I am laying flat on my back in a small orange mountaineering tent, and I think I am going to die. My feet are sticking out the front flap. I didn’t have the energy to take off my boots. It is well below freezing, the winds are howling and the snow is blowing in through the tent opening. I can’t feel my fingers, am having trouble breathing and have a terrible headache. My whole body hurts and I lack the will to do anything but lie perfectly and miserably still. Worst of all: This is just the beginning.
I am in Argentina, near the Chilean border, about a week into an expedition to reach the summit of Aconcagua, the highest mountain outside of Asia. After Mount Everest, Aconcagua is the tallest of the “seven summits” — the highest climbs on each continent. But I am struggling to advance beyond base camp, which sits at just over 14,000 feet.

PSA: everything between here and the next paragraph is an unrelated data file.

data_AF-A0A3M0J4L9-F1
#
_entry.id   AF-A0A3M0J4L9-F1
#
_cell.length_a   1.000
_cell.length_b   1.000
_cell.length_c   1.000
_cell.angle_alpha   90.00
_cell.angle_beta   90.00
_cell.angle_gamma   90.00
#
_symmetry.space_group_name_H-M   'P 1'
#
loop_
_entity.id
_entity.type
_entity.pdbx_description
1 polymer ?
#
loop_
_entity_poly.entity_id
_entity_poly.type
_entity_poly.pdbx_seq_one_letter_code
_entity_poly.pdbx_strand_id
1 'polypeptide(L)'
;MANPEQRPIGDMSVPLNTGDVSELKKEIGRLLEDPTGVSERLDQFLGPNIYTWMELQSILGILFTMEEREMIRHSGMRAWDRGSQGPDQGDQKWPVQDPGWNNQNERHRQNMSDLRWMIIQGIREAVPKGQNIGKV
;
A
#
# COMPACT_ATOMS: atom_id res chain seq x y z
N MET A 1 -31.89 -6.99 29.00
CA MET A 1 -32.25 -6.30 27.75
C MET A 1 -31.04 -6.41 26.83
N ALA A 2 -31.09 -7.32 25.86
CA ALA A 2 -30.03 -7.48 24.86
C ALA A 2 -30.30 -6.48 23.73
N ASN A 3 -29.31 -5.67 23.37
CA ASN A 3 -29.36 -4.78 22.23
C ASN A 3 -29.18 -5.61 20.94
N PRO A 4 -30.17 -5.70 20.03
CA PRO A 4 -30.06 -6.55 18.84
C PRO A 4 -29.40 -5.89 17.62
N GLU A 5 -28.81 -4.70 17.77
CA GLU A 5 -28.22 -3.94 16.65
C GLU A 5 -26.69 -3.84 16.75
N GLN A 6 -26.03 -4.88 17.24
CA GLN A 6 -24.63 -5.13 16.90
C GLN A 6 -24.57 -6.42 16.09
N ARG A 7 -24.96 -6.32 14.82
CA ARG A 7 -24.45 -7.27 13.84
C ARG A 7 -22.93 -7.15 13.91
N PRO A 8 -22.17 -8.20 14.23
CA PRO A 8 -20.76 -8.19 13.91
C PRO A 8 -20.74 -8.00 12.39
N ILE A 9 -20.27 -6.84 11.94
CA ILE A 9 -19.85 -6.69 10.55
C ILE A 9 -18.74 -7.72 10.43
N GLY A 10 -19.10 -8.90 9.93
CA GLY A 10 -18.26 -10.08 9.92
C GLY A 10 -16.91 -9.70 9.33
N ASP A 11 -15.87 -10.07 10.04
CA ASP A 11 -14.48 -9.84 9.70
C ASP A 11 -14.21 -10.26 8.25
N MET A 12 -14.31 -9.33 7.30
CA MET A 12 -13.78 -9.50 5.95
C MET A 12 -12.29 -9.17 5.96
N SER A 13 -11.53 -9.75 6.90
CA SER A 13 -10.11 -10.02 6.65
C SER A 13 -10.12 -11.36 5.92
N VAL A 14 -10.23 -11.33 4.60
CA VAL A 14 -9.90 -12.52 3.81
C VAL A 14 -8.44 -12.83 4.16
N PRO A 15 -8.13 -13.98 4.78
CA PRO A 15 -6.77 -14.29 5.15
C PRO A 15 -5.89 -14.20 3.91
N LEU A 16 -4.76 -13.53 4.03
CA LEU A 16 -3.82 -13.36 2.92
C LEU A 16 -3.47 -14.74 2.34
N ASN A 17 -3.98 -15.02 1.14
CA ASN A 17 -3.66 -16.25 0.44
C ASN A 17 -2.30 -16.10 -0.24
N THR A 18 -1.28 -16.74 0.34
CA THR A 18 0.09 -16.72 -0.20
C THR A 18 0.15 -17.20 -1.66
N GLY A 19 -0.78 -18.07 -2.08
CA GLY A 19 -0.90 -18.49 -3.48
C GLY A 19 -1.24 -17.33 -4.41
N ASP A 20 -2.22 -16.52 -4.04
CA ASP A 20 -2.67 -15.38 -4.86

Depending on the route, climbing Aconcagua doesn’t require major skills. I have done more challenging and technical climbs, but this mountain is very high and intense storms can come out of nowhere. More than 100 climbers have died on Aconcagua. Only about 30 percent of those who get permits to climb actually make it to the summit.